(image from fratline.net)
And Stratton did make other Freemason-themed compacts.
(image from etsy.com)
(image from ebay.co.uk)
I guess what I'm still trying to figure out is how the billiken ended up on the Stratton compacts. Were these part of a custom order for the Royal Order of Jesters? What kind of relationship, if any, did Stratton have with the Freemasons and their associated bodies? Or did Stratton simply decide to put a billiken on their compacts at several points throughout the early 20th century since the billiken was so wildly popular and appearing on nearly every object one could think of? I really can't answer any of these with any certainty. Plus, if the billiken on the Stratton compact is somehow related to the Royal Order of Jesters, it doesn't make a lot of sense to put it on an item primarily used by women. Near as I can figure, the Royal Order of Jesters is your typical boys' club (with some rather sordid, remarkably misogynist moments throughout their history to boot, though I don't know if can trust the sources I linked to.) However, according to the British Compact Collectors Society, Freemason compacts were in fact "presented as gifts on Masonic Ladies’ Nights, when wives of Masons were invited for a special dinner." So maybe the ROJ had similar ladies' nights in the U.S. and these were gifts?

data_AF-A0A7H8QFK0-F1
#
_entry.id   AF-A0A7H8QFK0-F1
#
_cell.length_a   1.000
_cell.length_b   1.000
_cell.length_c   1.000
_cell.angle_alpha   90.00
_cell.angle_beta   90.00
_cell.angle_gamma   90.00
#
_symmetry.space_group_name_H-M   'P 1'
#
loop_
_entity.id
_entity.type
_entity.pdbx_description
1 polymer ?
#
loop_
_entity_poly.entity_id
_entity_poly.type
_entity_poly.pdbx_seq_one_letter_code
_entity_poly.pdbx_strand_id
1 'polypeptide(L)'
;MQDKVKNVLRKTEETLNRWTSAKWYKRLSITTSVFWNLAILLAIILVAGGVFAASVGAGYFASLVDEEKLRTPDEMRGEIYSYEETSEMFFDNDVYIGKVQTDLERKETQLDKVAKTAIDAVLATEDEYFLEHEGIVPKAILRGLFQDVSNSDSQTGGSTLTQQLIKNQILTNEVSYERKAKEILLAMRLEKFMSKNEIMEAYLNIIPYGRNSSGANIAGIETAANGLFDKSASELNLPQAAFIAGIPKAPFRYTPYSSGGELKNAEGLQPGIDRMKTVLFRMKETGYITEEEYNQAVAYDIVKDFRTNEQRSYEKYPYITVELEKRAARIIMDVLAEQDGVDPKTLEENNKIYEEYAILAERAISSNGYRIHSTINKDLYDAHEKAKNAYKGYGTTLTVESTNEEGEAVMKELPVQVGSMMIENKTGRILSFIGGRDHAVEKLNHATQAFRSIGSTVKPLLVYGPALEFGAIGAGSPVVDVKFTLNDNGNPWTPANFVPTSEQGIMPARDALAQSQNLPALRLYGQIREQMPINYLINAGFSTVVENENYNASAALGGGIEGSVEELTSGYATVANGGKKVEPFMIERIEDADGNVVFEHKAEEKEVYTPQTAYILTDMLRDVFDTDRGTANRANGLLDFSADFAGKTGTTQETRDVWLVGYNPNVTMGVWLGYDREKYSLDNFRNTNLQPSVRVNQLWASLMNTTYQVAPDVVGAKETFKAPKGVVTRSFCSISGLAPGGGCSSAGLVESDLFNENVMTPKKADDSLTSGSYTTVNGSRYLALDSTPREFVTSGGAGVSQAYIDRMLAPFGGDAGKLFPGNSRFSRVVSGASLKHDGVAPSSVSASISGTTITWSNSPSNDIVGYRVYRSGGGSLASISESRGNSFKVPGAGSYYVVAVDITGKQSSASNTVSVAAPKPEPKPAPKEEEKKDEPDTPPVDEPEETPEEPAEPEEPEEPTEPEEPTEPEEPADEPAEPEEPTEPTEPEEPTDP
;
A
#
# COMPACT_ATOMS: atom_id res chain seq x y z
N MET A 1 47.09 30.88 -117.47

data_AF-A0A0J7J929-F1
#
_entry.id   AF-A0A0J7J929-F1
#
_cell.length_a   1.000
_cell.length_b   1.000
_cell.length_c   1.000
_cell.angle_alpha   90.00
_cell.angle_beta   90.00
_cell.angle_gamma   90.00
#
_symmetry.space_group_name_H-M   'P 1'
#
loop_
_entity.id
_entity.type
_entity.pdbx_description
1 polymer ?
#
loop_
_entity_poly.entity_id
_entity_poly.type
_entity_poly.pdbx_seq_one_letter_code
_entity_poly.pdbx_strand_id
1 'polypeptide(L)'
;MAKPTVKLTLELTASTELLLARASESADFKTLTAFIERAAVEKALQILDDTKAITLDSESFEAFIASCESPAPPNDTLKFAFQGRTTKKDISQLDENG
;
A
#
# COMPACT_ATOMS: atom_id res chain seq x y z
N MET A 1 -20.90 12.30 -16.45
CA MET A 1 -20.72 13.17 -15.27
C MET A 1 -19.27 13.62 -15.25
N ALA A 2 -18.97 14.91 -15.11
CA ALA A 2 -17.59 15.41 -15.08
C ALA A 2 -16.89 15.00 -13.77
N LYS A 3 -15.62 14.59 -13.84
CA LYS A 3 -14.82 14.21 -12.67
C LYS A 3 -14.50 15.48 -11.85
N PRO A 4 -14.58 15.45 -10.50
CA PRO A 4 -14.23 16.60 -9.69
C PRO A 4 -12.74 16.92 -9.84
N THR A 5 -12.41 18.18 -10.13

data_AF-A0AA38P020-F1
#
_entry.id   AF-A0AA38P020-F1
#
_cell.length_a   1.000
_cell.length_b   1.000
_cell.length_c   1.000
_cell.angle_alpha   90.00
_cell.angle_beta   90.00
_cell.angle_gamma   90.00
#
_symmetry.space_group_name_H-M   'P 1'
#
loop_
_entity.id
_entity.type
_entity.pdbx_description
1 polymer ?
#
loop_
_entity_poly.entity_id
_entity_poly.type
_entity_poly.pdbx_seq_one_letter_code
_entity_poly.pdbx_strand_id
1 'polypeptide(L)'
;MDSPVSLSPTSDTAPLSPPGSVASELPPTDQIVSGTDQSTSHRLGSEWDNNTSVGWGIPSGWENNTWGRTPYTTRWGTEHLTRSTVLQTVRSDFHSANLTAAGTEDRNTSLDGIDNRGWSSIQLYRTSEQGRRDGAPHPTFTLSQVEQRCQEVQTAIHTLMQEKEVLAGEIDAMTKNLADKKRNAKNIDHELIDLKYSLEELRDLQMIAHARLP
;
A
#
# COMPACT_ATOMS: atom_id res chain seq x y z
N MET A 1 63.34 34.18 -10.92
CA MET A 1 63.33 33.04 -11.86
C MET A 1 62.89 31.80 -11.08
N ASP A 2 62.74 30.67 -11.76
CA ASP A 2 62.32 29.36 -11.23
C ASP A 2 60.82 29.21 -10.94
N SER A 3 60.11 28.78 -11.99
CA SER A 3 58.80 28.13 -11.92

I also found this compact, which just leads to more questions.
(images from etsy.com)
Unlike the Stratton billiken compacts, this one is unmistakably related to the Royal Order of Jesters given the initials on the billiken's crown. No maker is listed but the shape, embossing and the handle are all identical to these enameled compacts. So I'm wondering if this was just a generic compact and you could have it customized. In this case, I'm guessing someone belonging to the Royal Order of Jesters had it made and inscribed with the year they were inducted, given the "78" on the billiken's feet. But again, why a compact? I can only assume it was a gift, since I don't think women can be members of the ROJ.
Anyway, I don't think I'll ever get to the bottom of how a billiken that looks similar to the one used by the Royal Order of Jesters ended up on a vintage compact, but I'm glad I at least found a very interesting, if not totally weird, piece of history. And I always welcome learning about benevolent beings such as the billiken, as we could use a little more good luck and positivity in this world.
Had you ever heard of a billiken? And have you ever dreamed up a totally mythical creature? I have - a few months ago I dreamed of flying rabbits that were called angel bunnies. Their wings were not like feathered bird wings but covered in soft white fur, like the rest of their bodies. They were so cute and fluffy and they only came out at night...I wish they existed, or that I at least had some artistic skill so I could sketch them! Who knows, maybe if I file a patent for them the way Ms. Pretz did with billikens, they could be the next craze sweeping the U.S. :)